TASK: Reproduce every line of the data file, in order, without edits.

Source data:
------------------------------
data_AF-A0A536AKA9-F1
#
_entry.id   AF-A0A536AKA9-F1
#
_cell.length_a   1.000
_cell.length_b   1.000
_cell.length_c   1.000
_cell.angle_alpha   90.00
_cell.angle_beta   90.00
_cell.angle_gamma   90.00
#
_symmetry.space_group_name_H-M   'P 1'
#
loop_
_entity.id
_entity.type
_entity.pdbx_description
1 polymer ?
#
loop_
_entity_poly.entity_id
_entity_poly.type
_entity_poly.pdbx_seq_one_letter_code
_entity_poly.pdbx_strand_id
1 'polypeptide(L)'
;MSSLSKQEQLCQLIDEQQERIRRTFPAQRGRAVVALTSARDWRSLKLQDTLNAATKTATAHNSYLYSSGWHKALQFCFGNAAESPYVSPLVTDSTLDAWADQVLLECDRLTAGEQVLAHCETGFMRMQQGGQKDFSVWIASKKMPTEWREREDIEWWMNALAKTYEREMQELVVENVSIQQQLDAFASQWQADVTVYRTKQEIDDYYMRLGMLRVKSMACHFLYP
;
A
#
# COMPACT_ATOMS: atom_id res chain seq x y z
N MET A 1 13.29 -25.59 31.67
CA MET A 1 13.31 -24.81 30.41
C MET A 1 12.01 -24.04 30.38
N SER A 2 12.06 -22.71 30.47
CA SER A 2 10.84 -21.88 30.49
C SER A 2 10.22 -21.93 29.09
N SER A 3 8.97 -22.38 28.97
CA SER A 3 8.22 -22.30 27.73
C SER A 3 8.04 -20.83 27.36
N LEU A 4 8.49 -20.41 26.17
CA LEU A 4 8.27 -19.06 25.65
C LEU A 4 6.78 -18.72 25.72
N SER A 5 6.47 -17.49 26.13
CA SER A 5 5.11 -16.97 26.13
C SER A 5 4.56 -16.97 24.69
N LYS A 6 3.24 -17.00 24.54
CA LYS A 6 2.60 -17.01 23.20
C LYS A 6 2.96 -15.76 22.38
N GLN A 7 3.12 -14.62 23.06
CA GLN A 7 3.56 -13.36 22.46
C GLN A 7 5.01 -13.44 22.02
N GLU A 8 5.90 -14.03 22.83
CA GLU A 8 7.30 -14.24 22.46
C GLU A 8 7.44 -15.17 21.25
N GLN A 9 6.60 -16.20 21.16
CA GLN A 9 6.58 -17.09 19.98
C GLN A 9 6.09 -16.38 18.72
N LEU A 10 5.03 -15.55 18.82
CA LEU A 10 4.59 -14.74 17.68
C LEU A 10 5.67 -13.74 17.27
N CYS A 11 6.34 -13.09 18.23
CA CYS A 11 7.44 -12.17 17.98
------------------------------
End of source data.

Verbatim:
data_AF-A0A536AKA9-F1
#
_entry.id   AF-A0A536AKA9-F1
#
_cell.length_a   1.000
_cell.length_b   1.000
_cell.length_c   1.000
_cell.angle_alpha   90.00
_cell.angle_beta   90.00
_cell.angle_gamma   90.00
#
_symmetry.space_group_name_H-M   'P 1'
#
loop_
_entity.id
_entity.type
_entity.pdbx_description
1 polymer ?
#
loop_
_entity_poly.entity_id
_entity_poly.type
_entity_poly.pdbx_seq_one_letter_code
_entity_poly.pdbx_strand_id
1 'polypeptide(L)'
;MSSLSKQEQLCQLIDEQQERIRRTFPAQRGRAVVALTSARDWRSLKLQDTLNAATKTATAHNSYLYSSGWHKALQFCFGNAAESPYVSPLVTDSTLDAWADQVLLECDRLTAGEQVLAHCETGFMRMQQGGQKDFSVWIASKKMPTEWREREDIEWWMNALAKTYEREMQELVVENVSIQQQLDAFASQWQADVTVYRTKQEIDDYYMRLGMLRVKSMACHFLYP
;
A
#
# COMPACT_ATOMS: atom_id res chain seq x y z
N MET A 1 13.29 -25.59 31.67
CA MET A 1 13.31 -24.81 30.41
C MET A 1 12.01 -24.04 30.38
N SER A 2 12.06 -22.71 30.47
CA SER A 2 10.84 -21.88 30.49
C SER A 2 10.22 -21.93 29.09
N SER A 3 8.97 -22.38 28.97
CA SER A 3 8.22 -22.30 27.73
C SER A 3 8.04 -20.83 27.36
N LEU A 4 8.49 -20.41 26.17
CA LEU A 4 8.27 -19.06 25.65
C LEU A 4 6.78 -18.72 25.72
N SER A 5 6.47 -17.49 26.13
CA SER A 5 5.11 -16.97 26.13
C SER A 5 4.56 -16.97 24.69
N LYS A 6 3.24 -17.00 24.54
CA LYS A 6 2.60 -17.01 23.20
C LYS A 6 2.96 -15.76 22.38
N GLN A 7 3.12 -14.62 23.06
CA GLN A 7 3.56 -13.36 22.46
C GLN A 7 5.01 -13.44 22.02
N GLU A 8 5.90 -14.03 22.83
CA GLU A 8 7.30 -14.24 22.46
C GLU A 8 7.44 -15.17 21.25
N GLN A 9 6.60 -16.20 21.16
CA GLN A 9 6.58 -17.09 19.98
C GLN A 9 6.09 -16.38 18.72
N LEU A 10 5.03 -15.55 18.82
CA LEU A 10 4.59 -14.74 17.68
C LEU A 10 5.67 -13.74 17.27
N CYS A 11 6.34 -13.09 18.23
CA CYS A 11 7.44 -12.17 17.98